We count on innovation to improve our lives. In a quest to make innovations come faster we have considered how, and to whom, we entrust research and development. A new study suggests that the rate of innovation is driven mostly by how many simple and complex solutions might be available.
Dupixent, a drug that already works miracles for people with eczema, has been found to be very effective for treatment of severe asthma. Nothing else does this. Keep this in mind the next time you think that the pharmaceutical industry is not innovative.
Sufferers of asthma and eczema should be very thankful that drug companies continue to do research. There are now biological drugs that are very effective in treating both conditions. I should know. I take two of them.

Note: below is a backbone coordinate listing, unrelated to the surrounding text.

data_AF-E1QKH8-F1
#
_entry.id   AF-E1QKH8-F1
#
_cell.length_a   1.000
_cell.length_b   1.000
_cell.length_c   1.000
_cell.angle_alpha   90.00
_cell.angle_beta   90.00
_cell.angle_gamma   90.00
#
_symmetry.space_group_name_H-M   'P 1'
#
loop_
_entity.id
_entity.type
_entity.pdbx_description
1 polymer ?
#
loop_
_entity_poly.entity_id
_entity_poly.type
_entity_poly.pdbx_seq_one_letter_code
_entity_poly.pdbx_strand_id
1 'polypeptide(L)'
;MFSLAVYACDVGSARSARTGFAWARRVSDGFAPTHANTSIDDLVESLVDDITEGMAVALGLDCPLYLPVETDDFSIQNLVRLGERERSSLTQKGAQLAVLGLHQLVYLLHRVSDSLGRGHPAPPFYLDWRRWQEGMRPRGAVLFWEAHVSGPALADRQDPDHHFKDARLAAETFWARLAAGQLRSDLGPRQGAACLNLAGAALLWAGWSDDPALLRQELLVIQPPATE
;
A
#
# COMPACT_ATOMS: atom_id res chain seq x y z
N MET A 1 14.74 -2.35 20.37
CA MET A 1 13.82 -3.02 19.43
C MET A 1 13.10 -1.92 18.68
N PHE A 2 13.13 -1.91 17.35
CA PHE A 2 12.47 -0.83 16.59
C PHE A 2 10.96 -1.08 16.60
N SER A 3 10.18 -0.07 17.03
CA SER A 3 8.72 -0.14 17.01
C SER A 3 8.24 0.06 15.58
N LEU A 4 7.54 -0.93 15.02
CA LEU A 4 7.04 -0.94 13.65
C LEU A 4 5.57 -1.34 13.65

Biosimilars are less expensive generic versions of expensive biologic medicines. Rheumatologists, who prescribe a lot of these medications, have a few concerns about how they're approved. Namely, if these meds provide identical treatment as biologics, and that they're expensive. A position paper and accompanying editorial have been written focusing on these issues.
Who hasn’t chuckled at a TV prescription drug ad, during its litany of wide-ranging potential side effects? Anal leakage and the oft-repeated erections lasting more than four hours? With direct-to-consumer marketing, product overstatements of health benefits with simultaneous minimization of possible harms have become the norm. Now, the FDA wants to change that.